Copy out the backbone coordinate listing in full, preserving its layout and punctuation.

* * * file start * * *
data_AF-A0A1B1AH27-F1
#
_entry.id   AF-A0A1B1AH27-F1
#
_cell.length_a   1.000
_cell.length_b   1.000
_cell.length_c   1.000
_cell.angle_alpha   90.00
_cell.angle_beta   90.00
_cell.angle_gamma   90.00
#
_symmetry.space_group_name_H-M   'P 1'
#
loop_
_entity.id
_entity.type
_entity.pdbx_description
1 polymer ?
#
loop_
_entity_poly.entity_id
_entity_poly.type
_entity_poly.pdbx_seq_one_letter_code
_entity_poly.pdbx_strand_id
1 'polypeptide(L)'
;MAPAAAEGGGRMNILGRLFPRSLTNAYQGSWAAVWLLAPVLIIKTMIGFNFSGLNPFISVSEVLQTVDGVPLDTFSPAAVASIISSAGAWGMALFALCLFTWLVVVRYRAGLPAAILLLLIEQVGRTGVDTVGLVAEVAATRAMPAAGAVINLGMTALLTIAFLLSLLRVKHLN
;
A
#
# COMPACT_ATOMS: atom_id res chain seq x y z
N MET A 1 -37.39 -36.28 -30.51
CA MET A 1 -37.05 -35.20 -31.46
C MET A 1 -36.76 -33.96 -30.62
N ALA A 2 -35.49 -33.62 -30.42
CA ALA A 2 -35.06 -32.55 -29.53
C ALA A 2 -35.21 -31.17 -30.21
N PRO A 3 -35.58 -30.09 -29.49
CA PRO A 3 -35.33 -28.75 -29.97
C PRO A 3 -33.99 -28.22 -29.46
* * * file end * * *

data_AF-A0A1B1AH27-F1
#
_entry.id   AF-A0A1B1AH27-F1
#
_cell.length_a   1.000
_cell.length_b   1.000
_cell.length_c   1.000
_cell.angle_alpha   90.00
_cell.angle_beta   90.00
_cell.angle_gamma   90.00
#
_symmetry.space_group_name_H-M   'P 1'
#
loop_
_entity.id
_entity.type
_entity.pdbx_description
1 polymer ?
#
loop_
_entity_poly.entity_id
_entity_poly.type
_entity_poly.pdbx_seq_one_letter_code
_entity_poly.pdbx_strand_id
1 'polypeptide(L)'
;MAPAAAEGGGRMNILGRLFPRSLTNAYQGSWAAVWLLAPVLIIKTMIGFNFSGLNPFISVSEVLQTVDGVPLDTFSPAAVASIISSAGAWGMALFALCLFTWLVVVRYRAGLPAAILLLLIEQVGRTGVDTVGLVAEVAATRAMPAAGAVINLGMTALLTIAFLLSLLRVKHLN
;
A
#
# COMPACT_ATOMS: atom_id res chain seq x y z
N MET A 1 -37.39 -36.28 -30.51
CA MET A 1 -37.05 -35.20 -31.46
C MET A 1 -36.76 -33.96 -30.62
N ALA A 2 -35.49 -33.62 -30.42
CA ALA A 2 -35.06 -32.55 -29.53
C ALA A 2 -35.21 -31.17 -30.21
N PRO A 3 -35.58 -30.09 -29.49
CA PRO A 3 -35.33 -28.75 -29.97
C PRO A 3 -33.99 -28.22 -29.46